The decision to exhibit the same artists across different venues and often with works from the same series (like Jason Dodge’s ubiquitous What the living do, a graceful assemblage of the sort of minimal rubbish one fishes out of a pocket or an old drawer, collected by the artist for years; or Celine Condorelli’s Portals, acting as gates to each episode) further expands the echoes and multiple overlappings. The Dubai-based Iranian trio Ramin Haerizadeh, Rokni Haerizadeh, and Hesam Rahmanian spread all over the place their videos (recording the life and adventures of three queer “semi-submersibles”: Anti-Catty, Princess Rambo, Space-Sheep), sculptures, and even contemporary art collection, smuggled out of the UAE by hiding it inside other works. Deadpan and carnivalesque, as well as substantial in adopting travesty and mimicry as strategies of survival, these works generate temporary autonomous zones of exception. For instance, with Big Rock Candy Mountain, the artists turned a well-known video of ISIS militants destroying archeological treasures into a cartoon filled with odd creatures and animations, which brings you to laugh in the face of terror.
Big Rock Candy Mountain is on show at Tate Liverpool, one of the most thematically consistent aggregations, where all the invited artists scrutinize notions of antiquity and how to preserve, restore, rewrite, and possibly fictionalize the past. Andreas Angelidakis’s new film and installation Greece examines ancient Greek vases as vessels of cultural dissemination. With a series of sculptures and reliefs (Flower Press; A Biblical Landscape; Storage), Jumana Manna works on the Post Herbarium of the American University of Beirut, evoking the now largely extinct biodiversity of Syria, Palestine, and Sinai by botanical means. Lawrence Abu Hamdan’s abrasive video Double Take: Office / Leader of the Chasseurs / Syrian Revolution Commanding a Charge narrates how a rich Syrian collector obsessed by Anglophilia buys a vast aristocratic mansion, adds to the living room a reproduction of the famous 1812 The Charging Chasseur painting by Théodore Géricault, where his face replaces that of the original, then comes to the conclusion that the most British thing to do is to hang around the house some evidence of the violence of your ancestors. Hamdan is one of the strongest presences of this edition: his other video, Rubber Coated Steel, installed in the neoclassical Oratory next to the Cathedral, is a forensic reconstruction—entirely sound-based—of the shooting of two Palestinian youths in the West Bank in 2014, while the public installation Hummingbird Clock in Derby Square, across the law courts, unveils an acoustic surveillance device adopted by the British governent.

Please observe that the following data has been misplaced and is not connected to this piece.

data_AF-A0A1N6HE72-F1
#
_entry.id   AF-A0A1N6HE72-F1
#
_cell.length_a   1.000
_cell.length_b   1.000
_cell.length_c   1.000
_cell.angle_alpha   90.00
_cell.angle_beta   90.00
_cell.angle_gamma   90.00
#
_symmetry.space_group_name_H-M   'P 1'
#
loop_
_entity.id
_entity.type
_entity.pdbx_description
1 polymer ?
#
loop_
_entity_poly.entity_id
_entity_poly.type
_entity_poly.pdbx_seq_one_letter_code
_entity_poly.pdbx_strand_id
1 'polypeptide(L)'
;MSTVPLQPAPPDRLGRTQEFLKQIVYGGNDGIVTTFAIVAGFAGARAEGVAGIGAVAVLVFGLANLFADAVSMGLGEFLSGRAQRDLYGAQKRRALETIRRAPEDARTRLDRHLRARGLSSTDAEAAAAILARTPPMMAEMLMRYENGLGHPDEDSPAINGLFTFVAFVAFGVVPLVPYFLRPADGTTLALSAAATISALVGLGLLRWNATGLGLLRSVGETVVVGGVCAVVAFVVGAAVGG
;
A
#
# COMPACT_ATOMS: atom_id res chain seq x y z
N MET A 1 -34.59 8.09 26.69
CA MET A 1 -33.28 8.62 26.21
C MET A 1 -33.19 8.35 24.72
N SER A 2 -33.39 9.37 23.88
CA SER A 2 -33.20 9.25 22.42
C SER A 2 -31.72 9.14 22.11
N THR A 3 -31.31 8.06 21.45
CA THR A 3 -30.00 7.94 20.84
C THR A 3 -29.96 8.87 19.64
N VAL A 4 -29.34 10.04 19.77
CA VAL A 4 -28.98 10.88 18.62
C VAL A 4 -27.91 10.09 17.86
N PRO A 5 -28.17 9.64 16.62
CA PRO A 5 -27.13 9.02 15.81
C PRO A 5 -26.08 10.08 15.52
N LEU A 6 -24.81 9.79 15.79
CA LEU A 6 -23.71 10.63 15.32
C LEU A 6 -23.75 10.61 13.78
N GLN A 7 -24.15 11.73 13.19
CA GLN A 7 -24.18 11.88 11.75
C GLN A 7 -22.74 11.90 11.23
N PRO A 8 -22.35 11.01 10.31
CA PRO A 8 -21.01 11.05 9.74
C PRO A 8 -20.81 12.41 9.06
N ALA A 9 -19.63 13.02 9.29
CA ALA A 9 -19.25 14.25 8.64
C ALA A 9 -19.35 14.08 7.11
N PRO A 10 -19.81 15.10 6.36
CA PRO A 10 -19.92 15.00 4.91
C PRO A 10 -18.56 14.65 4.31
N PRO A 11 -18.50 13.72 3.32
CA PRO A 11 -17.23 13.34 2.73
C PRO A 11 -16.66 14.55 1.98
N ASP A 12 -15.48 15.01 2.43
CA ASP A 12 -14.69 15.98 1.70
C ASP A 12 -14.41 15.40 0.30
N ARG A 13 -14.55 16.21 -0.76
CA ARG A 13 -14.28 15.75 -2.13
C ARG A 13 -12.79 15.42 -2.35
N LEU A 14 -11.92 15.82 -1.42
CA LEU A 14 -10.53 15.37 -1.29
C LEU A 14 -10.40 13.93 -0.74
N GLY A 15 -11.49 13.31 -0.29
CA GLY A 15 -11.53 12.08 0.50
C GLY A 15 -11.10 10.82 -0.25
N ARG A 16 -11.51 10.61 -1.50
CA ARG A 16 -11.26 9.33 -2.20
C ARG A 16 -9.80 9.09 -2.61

Another sculptural stand-out is Lara Favaretto’s Momentary Monument—The Stone, silently towering amid the ghostly empty houses of Rhiwlas Street in Toxteth (where riots erupted in 1981), fairly close to the Granby Four Streets project, which won the Assemble collective last year’s Turner Prize. To-day 9th of July 2016 by Mariana Castillo Deball, an “infinite staircase” in plywood in the middle of a busy shopping street, remixes Liverpool’s legends and William Morris designs with the city’s tainted history as epicenter of the slave trade. Past, present, questions, walking, over and over. My tour ended at FACT with Krzysztof Wodiczko’s retrospective and his War Veteran Helmet, a prototype high-tech device built to help veterans suffering from PTSD to describe their condition, as well as to re-create some of their traumatic experiences. Augmented ?reality, like it or not.
at various venues, Liverpool
until 16 October 2016